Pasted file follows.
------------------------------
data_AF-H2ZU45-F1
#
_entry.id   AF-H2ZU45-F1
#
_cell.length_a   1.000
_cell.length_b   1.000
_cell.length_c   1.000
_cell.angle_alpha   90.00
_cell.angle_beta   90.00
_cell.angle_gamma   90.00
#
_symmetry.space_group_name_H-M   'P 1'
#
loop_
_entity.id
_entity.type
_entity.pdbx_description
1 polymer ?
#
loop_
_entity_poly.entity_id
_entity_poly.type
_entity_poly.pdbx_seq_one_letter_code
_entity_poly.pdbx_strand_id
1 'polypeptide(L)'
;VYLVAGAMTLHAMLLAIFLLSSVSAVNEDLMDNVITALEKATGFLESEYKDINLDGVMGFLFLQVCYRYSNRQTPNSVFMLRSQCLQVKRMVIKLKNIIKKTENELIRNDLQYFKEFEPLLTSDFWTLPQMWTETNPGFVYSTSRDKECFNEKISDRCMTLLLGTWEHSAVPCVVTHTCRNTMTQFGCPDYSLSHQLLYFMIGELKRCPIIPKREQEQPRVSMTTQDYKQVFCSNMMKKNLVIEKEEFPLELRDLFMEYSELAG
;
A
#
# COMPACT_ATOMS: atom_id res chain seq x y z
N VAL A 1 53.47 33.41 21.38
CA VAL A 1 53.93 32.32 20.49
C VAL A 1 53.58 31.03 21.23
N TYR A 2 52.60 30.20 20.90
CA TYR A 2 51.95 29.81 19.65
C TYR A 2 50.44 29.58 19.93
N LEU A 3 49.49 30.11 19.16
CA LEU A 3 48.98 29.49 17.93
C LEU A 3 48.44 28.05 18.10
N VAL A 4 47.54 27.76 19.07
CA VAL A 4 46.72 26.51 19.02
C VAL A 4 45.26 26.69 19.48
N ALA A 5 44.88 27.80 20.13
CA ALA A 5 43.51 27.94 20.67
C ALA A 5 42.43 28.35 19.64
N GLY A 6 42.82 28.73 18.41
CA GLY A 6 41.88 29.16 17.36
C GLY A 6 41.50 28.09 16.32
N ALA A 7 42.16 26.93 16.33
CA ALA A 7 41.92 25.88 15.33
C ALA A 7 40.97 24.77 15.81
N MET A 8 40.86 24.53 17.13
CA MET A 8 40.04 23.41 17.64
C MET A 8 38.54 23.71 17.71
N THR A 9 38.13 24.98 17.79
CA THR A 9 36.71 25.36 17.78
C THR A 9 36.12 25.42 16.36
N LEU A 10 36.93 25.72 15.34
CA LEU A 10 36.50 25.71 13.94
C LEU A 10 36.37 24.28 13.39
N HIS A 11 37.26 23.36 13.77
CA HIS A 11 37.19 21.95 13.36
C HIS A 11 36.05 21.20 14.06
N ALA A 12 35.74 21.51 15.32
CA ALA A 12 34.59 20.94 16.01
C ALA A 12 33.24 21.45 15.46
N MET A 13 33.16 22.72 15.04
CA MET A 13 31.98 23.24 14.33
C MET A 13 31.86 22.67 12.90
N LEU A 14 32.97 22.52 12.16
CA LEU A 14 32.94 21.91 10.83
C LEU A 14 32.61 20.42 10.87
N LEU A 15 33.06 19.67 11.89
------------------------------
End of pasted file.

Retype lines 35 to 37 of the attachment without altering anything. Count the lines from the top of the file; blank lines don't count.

CA TYR A 2 51.95 29.81 19.65
C TYR A 2 50.44 29.58 19.93
N LEU A 3 49.49 30.11 19.16